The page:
Freshman safety Sonny Styles carves out early role for Ohio State football

Joey Kaufman
The Columbus Dispatch

Josh Proctor has a nickname for fellow safety Sonny Styles.

“I call him a manchild,” Proctor said. “He’s built different, looks different.”

His physical stature at 6-foot-4 and 222 pounds is impressive, especially for a 17-year-old who graduated a year early from Pickerington Central to enroll at Ohio State.

But it was Styles' mental makeup that allowed him to carve out a role on defense in last Saturday’s win over Wisconsin, rotating in on short-yardage situations.

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Secondary coach Tim Walton and other safeties all praised Styles this week for the pace at which he picked up their new scheme and the finer points of his position.

“He’s seasoned for a young guy,” Walton said. “He takes it serious. His approach to the game. His football knowledge, he can apply. He can take information from the classroom and apply it to the field. Not all young guys can do that.”

Sonny Styles getting more opportunities for Ohio State

Last week was not Styles’ debut. He first participated on kickoff coverage, as well as other special teams units, in the Buckeyes’ second non-conference game against Arkansas State. In the rout of Toledo the following week, he lined up on defense as starters rested, playing 11 snaps.

His nine snaps in the Big Ten opener, though, were his most significant. With safety Lathan Ransom unavailable, Styles got in on the Badgers’ opening possession when they faced a third-and-1. In response, the Buckeyes stacked the box.

Styles’ performance was mixed. He missed a tackle and was flagged for a personal foul late in the second quarter.

Following the penalty, Proctor said he consoled Styles.

“My message to him was snap and clear,” Proctor said. “Play the next play. Don’t beat yourself up about it. I know it’s easy to go into that hole, but just lock in the next play and get it right the next time.”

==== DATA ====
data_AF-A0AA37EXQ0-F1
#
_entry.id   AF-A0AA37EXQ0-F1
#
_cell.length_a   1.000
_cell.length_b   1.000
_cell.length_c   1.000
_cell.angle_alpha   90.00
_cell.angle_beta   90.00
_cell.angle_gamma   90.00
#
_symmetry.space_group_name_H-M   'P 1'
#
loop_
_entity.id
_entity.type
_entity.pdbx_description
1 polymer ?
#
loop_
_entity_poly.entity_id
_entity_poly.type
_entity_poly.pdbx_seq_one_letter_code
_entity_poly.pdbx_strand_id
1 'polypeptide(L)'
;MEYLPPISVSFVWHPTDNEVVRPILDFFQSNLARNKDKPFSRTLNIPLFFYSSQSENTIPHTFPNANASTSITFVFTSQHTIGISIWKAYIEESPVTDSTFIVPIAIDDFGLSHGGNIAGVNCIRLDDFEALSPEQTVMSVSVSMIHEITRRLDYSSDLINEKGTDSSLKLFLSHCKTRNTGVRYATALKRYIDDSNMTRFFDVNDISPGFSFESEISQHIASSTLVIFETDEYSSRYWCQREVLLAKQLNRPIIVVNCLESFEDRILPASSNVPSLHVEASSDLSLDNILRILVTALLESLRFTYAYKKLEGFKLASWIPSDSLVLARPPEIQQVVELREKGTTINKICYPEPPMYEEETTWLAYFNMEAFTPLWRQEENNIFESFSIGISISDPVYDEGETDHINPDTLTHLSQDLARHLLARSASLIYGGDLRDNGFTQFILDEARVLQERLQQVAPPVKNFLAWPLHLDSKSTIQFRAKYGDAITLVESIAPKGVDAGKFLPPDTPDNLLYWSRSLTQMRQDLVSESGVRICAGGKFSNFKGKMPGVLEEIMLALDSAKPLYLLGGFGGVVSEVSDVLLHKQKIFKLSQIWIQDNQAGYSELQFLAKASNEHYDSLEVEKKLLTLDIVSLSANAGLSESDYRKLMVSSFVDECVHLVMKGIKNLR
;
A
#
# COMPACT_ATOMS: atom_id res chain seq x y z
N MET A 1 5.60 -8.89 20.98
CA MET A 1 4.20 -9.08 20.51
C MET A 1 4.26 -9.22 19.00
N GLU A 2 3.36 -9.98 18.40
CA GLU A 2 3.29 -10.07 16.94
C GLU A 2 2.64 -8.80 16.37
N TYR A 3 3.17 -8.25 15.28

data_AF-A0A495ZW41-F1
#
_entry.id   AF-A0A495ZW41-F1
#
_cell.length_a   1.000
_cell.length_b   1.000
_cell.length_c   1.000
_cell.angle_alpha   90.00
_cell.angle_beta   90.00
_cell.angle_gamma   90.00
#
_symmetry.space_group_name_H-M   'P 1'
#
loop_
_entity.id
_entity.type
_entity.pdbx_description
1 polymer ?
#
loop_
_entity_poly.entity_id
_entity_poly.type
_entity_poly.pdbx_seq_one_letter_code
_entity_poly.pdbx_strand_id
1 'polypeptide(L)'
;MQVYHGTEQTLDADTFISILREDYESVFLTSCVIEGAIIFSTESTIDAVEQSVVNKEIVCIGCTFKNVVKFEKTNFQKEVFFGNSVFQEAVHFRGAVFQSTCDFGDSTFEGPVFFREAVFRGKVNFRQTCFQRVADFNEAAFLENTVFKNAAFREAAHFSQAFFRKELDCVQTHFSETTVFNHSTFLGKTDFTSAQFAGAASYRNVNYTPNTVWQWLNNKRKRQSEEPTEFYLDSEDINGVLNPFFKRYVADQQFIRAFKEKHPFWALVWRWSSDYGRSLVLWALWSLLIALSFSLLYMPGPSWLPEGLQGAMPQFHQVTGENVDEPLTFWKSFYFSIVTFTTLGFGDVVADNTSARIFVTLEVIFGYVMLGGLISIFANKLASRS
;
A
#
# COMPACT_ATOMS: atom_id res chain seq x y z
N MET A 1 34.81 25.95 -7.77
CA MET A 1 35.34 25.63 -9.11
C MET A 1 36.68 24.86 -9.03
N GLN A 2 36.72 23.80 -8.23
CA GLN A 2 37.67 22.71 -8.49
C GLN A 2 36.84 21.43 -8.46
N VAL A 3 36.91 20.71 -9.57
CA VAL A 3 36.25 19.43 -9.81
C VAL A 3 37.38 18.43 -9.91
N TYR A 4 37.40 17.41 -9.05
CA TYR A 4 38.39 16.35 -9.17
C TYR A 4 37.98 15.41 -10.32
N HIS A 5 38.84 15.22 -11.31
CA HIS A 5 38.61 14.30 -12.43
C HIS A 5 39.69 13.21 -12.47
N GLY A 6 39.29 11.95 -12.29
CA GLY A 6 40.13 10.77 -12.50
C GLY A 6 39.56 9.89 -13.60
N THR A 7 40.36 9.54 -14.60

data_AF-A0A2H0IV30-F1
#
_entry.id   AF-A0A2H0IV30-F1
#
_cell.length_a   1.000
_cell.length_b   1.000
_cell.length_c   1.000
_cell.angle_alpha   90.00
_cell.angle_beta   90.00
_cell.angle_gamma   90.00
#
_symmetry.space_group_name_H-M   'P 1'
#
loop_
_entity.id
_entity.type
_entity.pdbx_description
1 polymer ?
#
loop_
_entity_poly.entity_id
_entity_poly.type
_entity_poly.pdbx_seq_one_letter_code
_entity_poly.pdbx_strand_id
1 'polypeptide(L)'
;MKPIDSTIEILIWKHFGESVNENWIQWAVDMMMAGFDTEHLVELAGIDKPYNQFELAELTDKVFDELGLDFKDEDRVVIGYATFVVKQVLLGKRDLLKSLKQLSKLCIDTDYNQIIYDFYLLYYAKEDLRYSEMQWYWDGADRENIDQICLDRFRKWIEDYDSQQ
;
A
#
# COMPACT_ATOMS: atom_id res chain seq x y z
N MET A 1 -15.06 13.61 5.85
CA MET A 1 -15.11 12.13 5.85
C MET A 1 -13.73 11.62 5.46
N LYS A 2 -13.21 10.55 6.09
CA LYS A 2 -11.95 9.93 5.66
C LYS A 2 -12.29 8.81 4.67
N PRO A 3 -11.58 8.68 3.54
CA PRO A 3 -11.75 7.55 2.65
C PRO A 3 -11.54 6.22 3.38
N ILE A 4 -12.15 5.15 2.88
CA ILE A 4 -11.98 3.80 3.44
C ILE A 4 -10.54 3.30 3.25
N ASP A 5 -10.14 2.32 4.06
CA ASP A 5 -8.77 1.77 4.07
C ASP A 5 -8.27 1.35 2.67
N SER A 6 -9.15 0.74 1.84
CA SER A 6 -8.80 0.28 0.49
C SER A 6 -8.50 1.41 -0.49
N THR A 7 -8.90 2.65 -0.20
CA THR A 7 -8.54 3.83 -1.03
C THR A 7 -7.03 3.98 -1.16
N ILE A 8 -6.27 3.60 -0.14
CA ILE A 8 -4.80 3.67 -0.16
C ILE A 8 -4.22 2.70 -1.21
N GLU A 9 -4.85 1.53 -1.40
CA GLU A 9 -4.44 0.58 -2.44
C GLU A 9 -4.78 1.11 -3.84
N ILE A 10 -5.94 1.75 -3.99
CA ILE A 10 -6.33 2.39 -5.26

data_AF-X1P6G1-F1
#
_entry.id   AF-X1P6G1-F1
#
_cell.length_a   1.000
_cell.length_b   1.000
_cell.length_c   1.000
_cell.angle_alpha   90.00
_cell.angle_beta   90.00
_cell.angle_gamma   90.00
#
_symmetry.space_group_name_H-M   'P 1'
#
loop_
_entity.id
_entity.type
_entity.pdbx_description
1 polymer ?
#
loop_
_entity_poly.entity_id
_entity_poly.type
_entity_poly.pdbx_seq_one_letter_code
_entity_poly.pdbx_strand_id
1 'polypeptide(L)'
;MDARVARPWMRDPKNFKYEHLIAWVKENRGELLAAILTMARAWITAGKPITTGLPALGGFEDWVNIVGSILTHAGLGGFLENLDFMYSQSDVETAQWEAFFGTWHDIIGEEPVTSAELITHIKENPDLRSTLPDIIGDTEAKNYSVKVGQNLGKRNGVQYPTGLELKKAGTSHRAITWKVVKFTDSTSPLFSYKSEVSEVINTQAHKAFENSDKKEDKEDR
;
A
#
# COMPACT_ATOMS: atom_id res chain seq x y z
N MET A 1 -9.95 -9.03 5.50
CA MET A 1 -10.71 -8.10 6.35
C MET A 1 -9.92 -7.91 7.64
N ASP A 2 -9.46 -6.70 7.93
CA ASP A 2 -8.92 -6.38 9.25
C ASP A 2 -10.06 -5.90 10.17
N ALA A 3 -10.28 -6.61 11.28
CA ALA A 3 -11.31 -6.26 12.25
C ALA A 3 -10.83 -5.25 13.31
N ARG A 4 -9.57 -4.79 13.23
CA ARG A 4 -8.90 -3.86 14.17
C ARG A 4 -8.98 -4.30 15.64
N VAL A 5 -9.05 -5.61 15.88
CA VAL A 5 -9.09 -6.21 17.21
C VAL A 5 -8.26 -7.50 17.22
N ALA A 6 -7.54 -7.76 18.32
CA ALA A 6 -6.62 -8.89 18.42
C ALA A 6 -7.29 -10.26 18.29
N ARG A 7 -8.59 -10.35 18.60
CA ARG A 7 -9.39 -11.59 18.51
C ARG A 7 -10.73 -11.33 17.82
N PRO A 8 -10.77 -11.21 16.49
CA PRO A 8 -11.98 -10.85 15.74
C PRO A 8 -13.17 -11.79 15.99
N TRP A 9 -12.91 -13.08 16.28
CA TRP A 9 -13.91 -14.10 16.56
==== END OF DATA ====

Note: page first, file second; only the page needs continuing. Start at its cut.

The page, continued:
Walton said Styles has made quick recoveries before.

“He fixes his mistakes and they don’t show up a second time,” Walton said. “That shows the level of being able to have recall of things we do, to keep applying it.”

Ohio State safety Sonny Styles played 11 snaps in the Buckeyes 77-21 rout of Toledo.

How Sonny Styles has impressed Ohio State teammates

Styles began making an impression among teammates soon after he joined the program over the summer.

Safety Ronnie Hickman remembers him appearing to be comfortable identifying packages in film sessions.

“When I had seen him calling out stuff in the film, he might not have said it out loud, but I knew he knew the answer,” Hickman said. “Once I had seen him able to do that stuff, evaluate formations and stuff like that, I knew he was going to be good. Because physical, it was nothing for him. It was all mental.”

Coach Ryan Day said Styles’ adjustment to the college level has taken him by surprise.

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“I did not feel like he would have the impact that he's having early on,” Day said.

The Buckeyes went through a similar situation last fall. Only it fizzled out.

Quinn Ewers, the top-ranked quarterback recruit in the class of 2022, reclassified and enrolled a year early, but buried on the depth chart as a freshman, he transferred to Texas, spending only one semester at Ohio State.

The idea for a similar early enrollment for Styles, also a five-star prospect, was first pitched to Day last November from him and his parents when they met at the Blackwell Inn for his commitment.

Day was supportive, but tried to be cautious and stress the challenges of eschewing a senior year of high school.

“We’re very sensitive to that,” Day said, “to make sure it’s the right thing. Somebody who’s coming into school a year early has to be the right person, and the family has to be behind it. And certainly, the player has to be behind it, because you have to see it through good or bad.

“It’s going to be hard. It’s hard enough for somebody who’s gone through four years of high school.”

What Ryan Day sees in Sonny Styles

Like others, Day has come to appreciate Styles’ work ethic and drive, and he credited his parents’ involvement.

“His parents have done an unbelievable job of raising this young man,” Day said. “He’s special. We’re very fortunate this has worked out this way. He’s going to be a really good Buckeye for us.”

Styles’ father is Lorenzo Styles, a linebacker who also played for the Buckeyes in the early 1990s and was a teammate of Walton, who was a cornerback.

“He has a football pedigree, a football background,” Walton said. “He’s been well-groomed there.”

Joey Kaufman covers Ohio State football for The Columbus Dispatch. Contact him at jkaufman@dispatch.com or on Twitter @joeyrkaufman

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